The KeyBank Rochester Fringe Festival is firing up what it once considered “a pipe dream for us.”
After having conceded this spring that September’s Fringe would not include two major pieces from past years -- the glittering Victorian Spiegeltent and the open block off Main Street, Parcel 5 -- it now seems assured that both will be part of the 12-day festival this fall.
“It’s a result of the guidelines changing faster than anyone thought they would change,” says the event’s producer, Erica Fee.
Last year’s Rochester Fringe was presented entirely online. This year’s 10th annual festival, scheduled for Sept. 14-25, will include some online performances. But most will be in-person, live shows.
After more than a year of being sidelined by the coronavirus pandemic, a wave of musicians, theater groups, comedians and dancers is eager to re-emerge at Rochester Fringe. “You just cannot believe how many artists are trying to get back onstage, and can’t,” Fee says.
They can’t because there aren't enough venues ready for them. In downtown Rochester, Geva Theatre Center, Kodak Hall at Eastman Theatre, Kilbourn Hall, Hatch Hall, Blackfriars Theatre and School of the Arts are among the major venues that are currently not available because of COVID-19 restrictions. To fill the gaps, the festival has added a handful of new spaces, some of which enlarge the event’s tidy downtown Rochester footprint. That includes the Spirit Room on State Street and the CenterStage Theatre at the JCC: Dawn Lipson Canalside Stage.
The University of Rochester would have to lift COVID-19 guidelines restrictions in order for the three Eastman venues -- Eastman Theatre, Kilbourn Hall and Hatch Hall -- to receive audiences. But the school has not yet done so, despite the Rochester Philharmonic Orchestra having already released its fall schedule, which includes September shows at Eastman Theatre.
It will take more than a custodian with a proper set of keys to turn on the lights at these venues.
“It’s not just an issue for venues that they can reopen,” Fee says. “They have to have also the ability to reopen, they have to have the staff in place, they need to have the funding in place to be able to pay the staff to reopen.”
And there is still the question of whether proof of vaccines will be required of audiences and performers. Constellation Brands-Marvin Sands Performing Arts Center, just outside of Canandaigua, on Monday announced it is removing the mandate for people attending the 15 concerts it has announced for the summer season.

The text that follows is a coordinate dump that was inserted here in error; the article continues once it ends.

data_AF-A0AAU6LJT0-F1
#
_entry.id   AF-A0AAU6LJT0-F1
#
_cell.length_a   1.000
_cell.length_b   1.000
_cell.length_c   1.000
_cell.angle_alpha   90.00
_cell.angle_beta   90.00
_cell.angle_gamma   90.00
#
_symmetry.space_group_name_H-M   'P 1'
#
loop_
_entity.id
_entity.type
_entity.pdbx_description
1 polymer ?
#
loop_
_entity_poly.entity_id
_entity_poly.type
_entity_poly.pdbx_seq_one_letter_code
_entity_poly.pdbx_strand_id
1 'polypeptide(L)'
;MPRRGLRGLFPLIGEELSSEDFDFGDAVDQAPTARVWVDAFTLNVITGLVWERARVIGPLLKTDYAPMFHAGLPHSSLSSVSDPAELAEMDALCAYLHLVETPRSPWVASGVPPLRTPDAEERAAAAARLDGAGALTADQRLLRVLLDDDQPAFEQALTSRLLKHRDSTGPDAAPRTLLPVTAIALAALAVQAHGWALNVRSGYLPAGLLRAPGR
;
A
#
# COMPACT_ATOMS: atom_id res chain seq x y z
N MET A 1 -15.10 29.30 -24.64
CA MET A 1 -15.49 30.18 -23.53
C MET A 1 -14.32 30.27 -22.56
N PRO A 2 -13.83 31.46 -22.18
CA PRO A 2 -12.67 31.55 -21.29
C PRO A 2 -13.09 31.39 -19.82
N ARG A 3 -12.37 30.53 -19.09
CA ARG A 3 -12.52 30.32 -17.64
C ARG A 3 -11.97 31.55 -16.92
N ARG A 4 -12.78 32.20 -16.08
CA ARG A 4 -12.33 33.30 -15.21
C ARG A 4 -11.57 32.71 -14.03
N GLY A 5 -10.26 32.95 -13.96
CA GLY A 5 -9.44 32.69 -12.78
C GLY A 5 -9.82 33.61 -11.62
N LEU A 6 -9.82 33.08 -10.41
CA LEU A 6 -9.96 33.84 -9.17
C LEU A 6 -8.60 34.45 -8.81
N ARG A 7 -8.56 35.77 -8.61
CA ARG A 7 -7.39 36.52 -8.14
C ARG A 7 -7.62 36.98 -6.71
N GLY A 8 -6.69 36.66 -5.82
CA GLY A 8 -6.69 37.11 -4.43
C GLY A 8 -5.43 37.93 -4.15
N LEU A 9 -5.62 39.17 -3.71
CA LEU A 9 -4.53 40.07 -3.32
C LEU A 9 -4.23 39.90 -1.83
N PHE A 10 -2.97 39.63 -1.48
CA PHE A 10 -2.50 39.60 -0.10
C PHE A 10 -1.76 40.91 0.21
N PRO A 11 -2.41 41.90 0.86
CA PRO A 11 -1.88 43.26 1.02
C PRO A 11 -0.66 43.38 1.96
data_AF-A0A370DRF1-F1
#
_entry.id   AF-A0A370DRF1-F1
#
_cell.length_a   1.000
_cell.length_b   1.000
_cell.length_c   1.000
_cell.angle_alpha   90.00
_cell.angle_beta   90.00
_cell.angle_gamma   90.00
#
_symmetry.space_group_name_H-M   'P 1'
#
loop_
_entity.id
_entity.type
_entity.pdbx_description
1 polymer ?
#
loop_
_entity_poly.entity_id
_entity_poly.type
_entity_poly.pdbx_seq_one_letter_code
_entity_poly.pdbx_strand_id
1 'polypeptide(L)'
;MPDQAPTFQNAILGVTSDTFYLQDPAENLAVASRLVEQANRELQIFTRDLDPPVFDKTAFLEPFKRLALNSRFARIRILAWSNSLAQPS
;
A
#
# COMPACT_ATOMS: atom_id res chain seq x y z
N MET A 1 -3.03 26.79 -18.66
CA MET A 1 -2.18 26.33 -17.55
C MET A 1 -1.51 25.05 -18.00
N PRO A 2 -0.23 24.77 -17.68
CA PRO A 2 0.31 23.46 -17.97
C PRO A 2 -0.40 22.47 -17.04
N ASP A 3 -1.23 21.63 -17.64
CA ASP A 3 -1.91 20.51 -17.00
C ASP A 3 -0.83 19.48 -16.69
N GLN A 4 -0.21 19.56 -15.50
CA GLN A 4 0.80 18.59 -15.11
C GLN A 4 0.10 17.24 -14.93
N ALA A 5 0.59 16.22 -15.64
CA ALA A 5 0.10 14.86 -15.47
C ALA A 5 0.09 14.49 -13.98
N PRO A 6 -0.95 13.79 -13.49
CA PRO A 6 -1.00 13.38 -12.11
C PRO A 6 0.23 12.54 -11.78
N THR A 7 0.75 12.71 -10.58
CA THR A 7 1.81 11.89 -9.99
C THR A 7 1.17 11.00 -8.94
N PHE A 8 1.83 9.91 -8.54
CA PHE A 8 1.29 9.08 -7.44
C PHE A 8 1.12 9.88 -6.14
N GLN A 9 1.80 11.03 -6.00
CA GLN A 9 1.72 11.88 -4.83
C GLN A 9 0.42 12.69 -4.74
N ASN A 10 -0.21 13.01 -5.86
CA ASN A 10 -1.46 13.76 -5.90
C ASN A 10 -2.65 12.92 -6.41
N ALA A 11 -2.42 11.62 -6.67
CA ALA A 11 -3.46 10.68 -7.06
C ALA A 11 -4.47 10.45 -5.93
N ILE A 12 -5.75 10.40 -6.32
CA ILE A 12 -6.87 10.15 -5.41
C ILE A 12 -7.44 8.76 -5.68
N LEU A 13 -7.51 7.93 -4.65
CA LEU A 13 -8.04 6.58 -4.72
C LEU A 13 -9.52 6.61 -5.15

Rochester Fringe is withholding its announcement on whether it will require its audiences to be vaccinated until it gets closer to the event. Fee wants to avoid the confusion of the constantly shifting guideline goal posts we have seen over the past year. She has enlisted Steve Adelman, vice president of the Event Safety Alliance, and an attorney who specialties in health and safety at live events, to advise Rochester Fringe on the prevailing science.
“We are still mandating vaccines for our attendees and for our performers, we want to make sure everyone is safe, especially with the Delta variant spreading in the United States,” Fee says. “So we think that by September, that’s probably going to be even more important than it is now.”
With the state loosening COVID-19 guidelines, the close confines of the Spiegeltent, where comedians and tightrope walkers prevail, became available. The situation is different at Parcel 5, the site of sprawling, free outdoor shows in past years. The most recent of these shows have featured giant inflatables or party bands armed with extravagant light shows, drawing thousands of people. But those acts, originating at European festivals, are not available now due to international travel bans.
“We are exploring with the city right now, in ways that we can use Parcel 5,” Fee says.
The uncertainty of how to handle a re-emergence from the coronavirus pandemic knows no borders. What’s being billed as “Toronto’s first indoor theatrical event since March 2020,” is a August show in which the socially distanced audience will be seated on the massive stage of the Princess of Wales Theatre, with no actors present; instead, the audience will listen on headphones to what is described as a “soundscape” with narration.
Guidelines set by the Centers for Disease Control and Prevention and New York state have been frequently shifting. So many summer festivals are behind on their planning -- and uncertain if the situation will change yet again.
“We are trying to make do this year,” says Fee. “It’s going to look differently this year. But we have some new venues that have stepped up to the plate and we’re trying to do what we can.
“We’re really hoping audiences can roll with the punches with us.”
Jeff Spevak is WXXI’s Arts & Life editor and reporter. He can be reached at firstname.lastname@example.org.